Jose Mourinho talks bluntly, wins big and then everything seems to go wrong.
Taking on what he called the “mystique” and “romance” of Manchester United adds to one of the most most stellar CVs in football.
But the 53-year-old Portuguese — who has won eight league titles in four countries with Porto, Inter Milan, Real Madrid and Chelsea as well as two Champions League titles with Porto and Inter Milan — knows he is taking on a new risk.
Building a legacy is an unsolvable puzzle for the man whose remarkable record earned his “Special One” nom de guerre.
Mourinho’s second stint at Chelsea, which ended acrimoniously in December, summed up his career: a period of bedding in, one or two seasons of stunning success and then things fall apart.
“Mourinho burns out his players after a year and a half, at most two years,” said former AC Milan and England coach Fabio Capello just before Mourinho’s Chelsea exit.
Mourinho is never short of job offers though. His tactical acumen, attention to detail and ability to form water-tight bonds with players have made him one of the greatest coaches of all time.
Mourinho has no record as a player. And his brash, arrogant style may not sit easily with everyone. But after working as assistant to Louis van Gaal — whom he succeeds at United — and having unremarkable spells at Benfica and Uniao de Leiria, he emerged as a world-class leader at Porto in 2002.
Porto beat Manchester United on the way to winning the Champions League in 2004 and Mourinho was soon on his way to Chelsea.
“Please don’t call me arrogant, but I’m European champion and I think I’m a special one,” he declared at a press conference on joining the London club financed by Russian tycoon Roman Abramovich.
– The Mourinho ‘aura’ –
“Mourinho was the best. For me he was. He brought my confidence to a level it had never been,” said Chelsea great Frank Lampard, who blossomed under Mourinho into one of Europe’s finest goal-scoring midfielders.
“It’s a presence and an aura and a way with people. He galvanises people. His own self-confidence reflects back on his teams.”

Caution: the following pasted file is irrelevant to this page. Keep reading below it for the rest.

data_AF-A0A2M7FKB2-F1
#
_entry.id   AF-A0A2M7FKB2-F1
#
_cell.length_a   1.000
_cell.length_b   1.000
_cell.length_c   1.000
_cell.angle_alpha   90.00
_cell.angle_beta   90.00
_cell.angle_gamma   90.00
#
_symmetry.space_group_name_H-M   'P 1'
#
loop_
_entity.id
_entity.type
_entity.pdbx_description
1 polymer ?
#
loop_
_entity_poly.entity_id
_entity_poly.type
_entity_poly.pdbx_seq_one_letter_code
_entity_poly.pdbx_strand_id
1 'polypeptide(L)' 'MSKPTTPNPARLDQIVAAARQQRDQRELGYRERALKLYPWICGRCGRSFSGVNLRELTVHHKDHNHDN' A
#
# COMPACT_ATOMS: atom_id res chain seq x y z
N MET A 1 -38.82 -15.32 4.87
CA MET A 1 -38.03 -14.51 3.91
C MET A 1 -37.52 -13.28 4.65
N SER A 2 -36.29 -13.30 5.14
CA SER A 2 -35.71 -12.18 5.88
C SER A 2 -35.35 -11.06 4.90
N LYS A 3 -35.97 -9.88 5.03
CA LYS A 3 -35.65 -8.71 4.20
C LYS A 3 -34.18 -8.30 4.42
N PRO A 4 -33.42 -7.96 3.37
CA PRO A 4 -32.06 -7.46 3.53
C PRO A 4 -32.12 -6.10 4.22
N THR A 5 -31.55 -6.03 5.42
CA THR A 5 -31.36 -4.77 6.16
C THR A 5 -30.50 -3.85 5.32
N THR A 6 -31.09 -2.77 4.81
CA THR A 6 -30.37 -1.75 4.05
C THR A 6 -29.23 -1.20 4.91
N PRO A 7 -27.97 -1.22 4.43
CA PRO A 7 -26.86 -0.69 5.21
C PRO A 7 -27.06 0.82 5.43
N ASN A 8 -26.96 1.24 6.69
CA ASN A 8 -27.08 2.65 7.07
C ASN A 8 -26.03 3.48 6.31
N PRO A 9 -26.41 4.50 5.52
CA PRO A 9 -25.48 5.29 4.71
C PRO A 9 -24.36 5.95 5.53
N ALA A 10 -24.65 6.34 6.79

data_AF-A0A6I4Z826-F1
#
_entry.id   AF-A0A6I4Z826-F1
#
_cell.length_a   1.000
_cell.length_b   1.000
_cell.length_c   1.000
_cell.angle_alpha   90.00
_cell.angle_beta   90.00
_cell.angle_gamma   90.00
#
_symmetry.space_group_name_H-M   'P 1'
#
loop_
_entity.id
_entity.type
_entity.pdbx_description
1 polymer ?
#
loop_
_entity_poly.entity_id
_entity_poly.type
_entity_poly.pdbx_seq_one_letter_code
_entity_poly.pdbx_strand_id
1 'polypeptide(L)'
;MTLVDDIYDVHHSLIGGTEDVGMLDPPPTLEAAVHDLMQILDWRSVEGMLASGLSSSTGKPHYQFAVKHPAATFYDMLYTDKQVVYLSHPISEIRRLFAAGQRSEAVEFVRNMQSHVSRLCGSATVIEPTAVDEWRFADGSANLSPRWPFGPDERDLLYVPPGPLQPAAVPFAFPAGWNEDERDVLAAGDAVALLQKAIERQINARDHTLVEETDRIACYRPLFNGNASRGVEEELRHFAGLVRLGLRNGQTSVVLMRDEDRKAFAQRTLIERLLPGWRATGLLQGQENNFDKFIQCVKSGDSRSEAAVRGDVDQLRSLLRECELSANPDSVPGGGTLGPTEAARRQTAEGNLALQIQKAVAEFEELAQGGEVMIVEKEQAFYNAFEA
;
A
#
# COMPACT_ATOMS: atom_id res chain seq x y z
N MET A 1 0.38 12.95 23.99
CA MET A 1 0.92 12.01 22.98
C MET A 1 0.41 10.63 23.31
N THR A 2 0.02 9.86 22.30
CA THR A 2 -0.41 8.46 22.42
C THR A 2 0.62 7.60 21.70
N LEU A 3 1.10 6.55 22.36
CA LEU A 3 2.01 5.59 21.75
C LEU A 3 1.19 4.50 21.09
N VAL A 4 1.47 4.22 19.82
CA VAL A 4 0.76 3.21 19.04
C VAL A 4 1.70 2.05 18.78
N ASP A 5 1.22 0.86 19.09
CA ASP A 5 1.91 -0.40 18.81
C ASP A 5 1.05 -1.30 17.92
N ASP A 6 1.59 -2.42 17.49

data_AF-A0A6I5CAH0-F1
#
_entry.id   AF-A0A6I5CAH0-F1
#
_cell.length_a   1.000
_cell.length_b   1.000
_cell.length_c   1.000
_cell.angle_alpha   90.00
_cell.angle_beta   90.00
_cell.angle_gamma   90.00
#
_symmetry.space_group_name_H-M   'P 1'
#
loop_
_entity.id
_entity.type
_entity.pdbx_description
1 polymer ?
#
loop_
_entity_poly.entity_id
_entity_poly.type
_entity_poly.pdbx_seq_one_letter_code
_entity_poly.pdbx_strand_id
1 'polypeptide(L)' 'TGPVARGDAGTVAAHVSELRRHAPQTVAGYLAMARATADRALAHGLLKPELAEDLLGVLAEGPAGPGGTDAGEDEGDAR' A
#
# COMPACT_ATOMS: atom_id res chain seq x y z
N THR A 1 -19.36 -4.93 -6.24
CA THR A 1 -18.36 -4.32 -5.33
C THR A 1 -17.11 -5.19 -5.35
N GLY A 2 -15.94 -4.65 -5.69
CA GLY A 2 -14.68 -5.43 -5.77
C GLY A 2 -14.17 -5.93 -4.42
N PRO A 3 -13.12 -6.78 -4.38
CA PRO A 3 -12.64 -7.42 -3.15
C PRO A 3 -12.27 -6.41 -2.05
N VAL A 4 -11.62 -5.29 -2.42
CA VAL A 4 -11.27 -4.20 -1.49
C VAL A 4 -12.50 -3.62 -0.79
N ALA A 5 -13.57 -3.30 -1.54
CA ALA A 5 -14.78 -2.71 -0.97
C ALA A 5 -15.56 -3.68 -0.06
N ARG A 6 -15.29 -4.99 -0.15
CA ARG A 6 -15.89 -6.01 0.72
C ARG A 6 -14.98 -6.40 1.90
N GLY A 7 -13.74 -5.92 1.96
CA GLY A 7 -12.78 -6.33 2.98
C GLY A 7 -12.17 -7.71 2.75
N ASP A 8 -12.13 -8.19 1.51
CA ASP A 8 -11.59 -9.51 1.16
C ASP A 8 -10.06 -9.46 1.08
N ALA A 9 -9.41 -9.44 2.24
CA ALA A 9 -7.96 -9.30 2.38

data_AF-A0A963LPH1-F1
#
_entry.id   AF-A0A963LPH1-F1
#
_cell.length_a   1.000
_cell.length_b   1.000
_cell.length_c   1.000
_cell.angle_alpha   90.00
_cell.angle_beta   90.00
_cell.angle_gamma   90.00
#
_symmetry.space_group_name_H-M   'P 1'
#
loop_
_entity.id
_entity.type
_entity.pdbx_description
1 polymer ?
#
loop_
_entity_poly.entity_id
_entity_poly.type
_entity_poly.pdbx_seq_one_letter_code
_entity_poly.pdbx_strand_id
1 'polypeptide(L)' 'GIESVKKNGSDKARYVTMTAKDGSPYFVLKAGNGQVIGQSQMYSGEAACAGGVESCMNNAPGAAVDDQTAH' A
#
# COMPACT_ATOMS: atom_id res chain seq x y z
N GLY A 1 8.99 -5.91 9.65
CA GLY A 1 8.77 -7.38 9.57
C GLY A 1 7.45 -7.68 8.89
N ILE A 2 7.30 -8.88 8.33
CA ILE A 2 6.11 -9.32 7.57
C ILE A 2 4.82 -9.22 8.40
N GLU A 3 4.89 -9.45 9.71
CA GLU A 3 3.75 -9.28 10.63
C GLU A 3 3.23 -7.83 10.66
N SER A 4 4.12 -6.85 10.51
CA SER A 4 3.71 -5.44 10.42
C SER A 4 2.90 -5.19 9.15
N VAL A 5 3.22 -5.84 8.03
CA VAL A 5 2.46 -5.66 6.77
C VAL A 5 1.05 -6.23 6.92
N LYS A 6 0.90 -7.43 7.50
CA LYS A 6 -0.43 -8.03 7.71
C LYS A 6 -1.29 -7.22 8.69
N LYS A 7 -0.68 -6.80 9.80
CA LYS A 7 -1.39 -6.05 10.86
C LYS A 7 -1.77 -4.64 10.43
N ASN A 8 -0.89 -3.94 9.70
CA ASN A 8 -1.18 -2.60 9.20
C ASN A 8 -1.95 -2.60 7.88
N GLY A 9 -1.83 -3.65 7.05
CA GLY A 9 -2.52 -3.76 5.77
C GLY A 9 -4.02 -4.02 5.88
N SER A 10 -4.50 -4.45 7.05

Two Premier League titles followed but there was no European success and friction with Abramovich mounted.
Mourinho left abruptly in September 2007 and appeared in June the next year as coach of Internazionale. In his first season, Inter, with Zlatan Ibhrahimovic in the frontline, won the Italian title but lost to Manchester United in the Champions league.
He had stormy relations with Italian journalists — whom he once accused of “intellectual prostitution” — and his rivals. Catania president Pietro Lo Monaco called Mourinho a “big mouth”.
But the Portuguese became an Inter legend in 2010 when they won Serie A, the Italian Cup and beat Bayern Munich 2-0 in the Champions League final.
Within a week of the European triumph, Mourinho was on the move again to start three boom and bust years at Real Madrid. The team won a Spanish title and the Copa del Rey but relations with star player Cristiano Ronaldo were difficult and Real never hit the heights.
The Portuguese left Madrid by “mutual agreement” just days after the end of what he called “the worst season of my career” in May 2013.
In less than three weeks, Mourinho had signed again for Chelsea.
His first season back saw Mourinho finish a campaign without a trophy of any description for the first time in his managerial career, but he reshaped the team brilliantly.
In came Thibaut Courtois, recalled from a loan at Atletico Madrid, Cesc Fabregas and Diego Costa, and with a galvanised spine Chelsea swept to the league title and beat Tottenham Hotspur in the League Cup final.
Mourinho said that Chelsea’s title success vindicated his decision to return to “the most difficult league in Europe”, but seven months later, he was gone.
The Mourinho strategy completely unravelled in the early weeks of the 2015-16 season.
Overwhelming favourites to retain the title, they lost nine of their first 16 league games and slumped to 16th place in the table.
Mourinho received trenchant criticism for sidelining team doctor Eva Carneiro, who left the club after being publicly lambasted by the manager for running on to treat a player at a vital moment in a game.
It recalled other dark episodes from Mourinho’s past — the hounding of referee Anders Frisk in 2005, the eye poke on Barcelona assistant coach Tito Vilanova in 2011 — and left him with more stains on his reputation.
“Will he be loved?” former Liverpool and England defender Jamie Carragher asked last year. “Chelsea fans undoubtedly adore him. Porto and Inter (Milan) supporters will, too. Yet beyond that? It is debatable.”
Now he joins another great club in need of rejuvenation. Only time will tell whether the Mourinho magic will last longer this time.